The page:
Don Eng, VP of Home Fabrics, a division of Collins& Aikman /Mastercraft Fabric passes

CONCORD, NC–A memorial service for Don Eng, a beloved character and mentor to many in the upholstery fabrics business will be held at 11:00 am Thursday, March 4, 2021, at St. James Lutheran Church.

He was most remembered for his role as Vice President of Marketing at Collins & Aikman, at one time a major player in the upholstery fabrics business.
The family will receive friends at Wilkinson Funeral Home on Wednesday, March 3, 2021, from 4:00-8:00 pm. Covid protocols will be in place for both the service and visitation.

The service will be live-streamed on the Wilkinson Funeral Home Facebook Page.

Don Eng

Eng was born June 9, 1930, in Kings Mountain, NC. Don grew up in Kings Mountain and graduated from Kings Mountain High School in 1949. He was employed by Neisler Mills in Kings Mountain until 1956.

Eng was married to Janell on June 17, 1956, and they moved to Concord where he joined Collins and Aikman in the styling department. In 1966 he graduated from the Executive Program of the Thirteenth Executive Group at Chapel Hill. For many years, Don served as the manager of Collins and Aikman Home Fabrics at the mill in Concord, NC. In 1985 he was named Vice President of Marketing for Collins and Aikman, Home Fabrics upholstery. As his career grew, he became well known internationally in the textile industry. He retired from Collins and Aikman in 1998, but he continued to consult with several textile mills within the U.S. and China until 2010.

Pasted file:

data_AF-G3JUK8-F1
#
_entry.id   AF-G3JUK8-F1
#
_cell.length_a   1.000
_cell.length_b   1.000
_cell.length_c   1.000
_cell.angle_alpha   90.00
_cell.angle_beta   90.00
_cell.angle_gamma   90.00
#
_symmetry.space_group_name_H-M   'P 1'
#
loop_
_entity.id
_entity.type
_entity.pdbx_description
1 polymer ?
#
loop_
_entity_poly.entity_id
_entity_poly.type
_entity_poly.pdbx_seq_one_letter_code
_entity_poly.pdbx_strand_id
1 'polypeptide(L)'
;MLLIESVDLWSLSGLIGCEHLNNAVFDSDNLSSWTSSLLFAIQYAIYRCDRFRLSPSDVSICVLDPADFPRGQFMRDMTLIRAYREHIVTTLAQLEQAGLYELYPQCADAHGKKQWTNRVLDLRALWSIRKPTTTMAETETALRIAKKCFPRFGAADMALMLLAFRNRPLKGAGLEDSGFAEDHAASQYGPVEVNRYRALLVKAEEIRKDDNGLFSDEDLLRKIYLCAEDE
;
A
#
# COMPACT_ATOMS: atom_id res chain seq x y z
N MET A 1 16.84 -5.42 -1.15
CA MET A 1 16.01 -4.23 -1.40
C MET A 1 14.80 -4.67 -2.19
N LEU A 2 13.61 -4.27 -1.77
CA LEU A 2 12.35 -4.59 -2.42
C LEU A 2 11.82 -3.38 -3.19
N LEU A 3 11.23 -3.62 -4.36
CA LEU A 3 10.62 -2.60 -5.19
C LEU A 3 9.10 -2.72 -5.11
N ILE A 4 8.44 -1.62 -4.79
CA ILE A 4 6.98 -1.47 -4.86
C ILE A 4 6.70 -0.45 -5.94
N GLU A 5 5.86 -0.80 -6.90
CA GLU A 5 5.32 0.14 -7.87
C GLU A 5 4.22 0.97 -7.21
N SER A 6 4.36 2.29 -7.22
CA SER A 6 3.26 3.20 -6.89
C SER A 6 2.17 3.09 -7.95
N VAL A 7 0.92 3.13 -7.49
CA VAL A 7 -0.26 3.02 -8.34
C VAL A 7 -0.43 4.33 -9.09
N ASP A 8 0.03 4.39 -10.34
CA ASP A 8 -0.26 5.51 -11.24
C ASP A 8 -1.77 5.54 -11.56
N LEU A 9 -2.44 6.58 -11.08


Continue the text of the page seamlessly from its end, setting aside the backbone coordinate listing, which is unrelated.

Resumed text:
Don is survived by his wife Janell (Jo), sister Brenda Thomason, daughter Kimberly Haberman, and husband Scot, daughter Kelley Carpenter, and husband Jeff; grandchildren Sydney Haberman, Samuel Haberman, Casie Carpenter, and Jeffery Carpenter; great grand-children Annabelle, Hudson, and Hannah.

Memorials should be made to St. James Lutheran Church, PO Box 684, Concord, NC 28026.


Remembrances from:

Wesley Mancini, Designed the “Home Fabrics by Wesley Mancini” line for 38 years, president of Wesley Mancini, Ltd. :

When I first started to work for Home Fabrics in 1982 (Collins & Aikman owned it then), Don was taking me to the Mastercraft plant to meet Andrew Major. Don drove a blue, very old  mustang without air conditioning that he was test driving. It was the peak of summer in the South, very hot even with the windows wide open, and Don was chewing tobacco spitting the swill into a soda can. The car died in the middle of nowhere.  The car eventually was repaired, but now drenched from the heavy humid heat, we went onward to meet Andrew, the president of Mastercraft. This was my introduction to life with Don and C&A (not quite what someone from Connecticut was accustomed to).

Don Eng was like a father to me and Steve McCusker (me in design and Steve in sales, both the same age)it was like being raised in the family business. Back then the working force was strictly white, straight, grey haired men so taking on two youngsters was a novel idea (especially one that was openly gay, me). He taught us by example that your word is exactly what you do. He had his funny southernisms and tales that were as entertaining as anything on TV. Don was the most influential straight man in my life, he was a man among men and many in our industry felt the same way and admired him for that.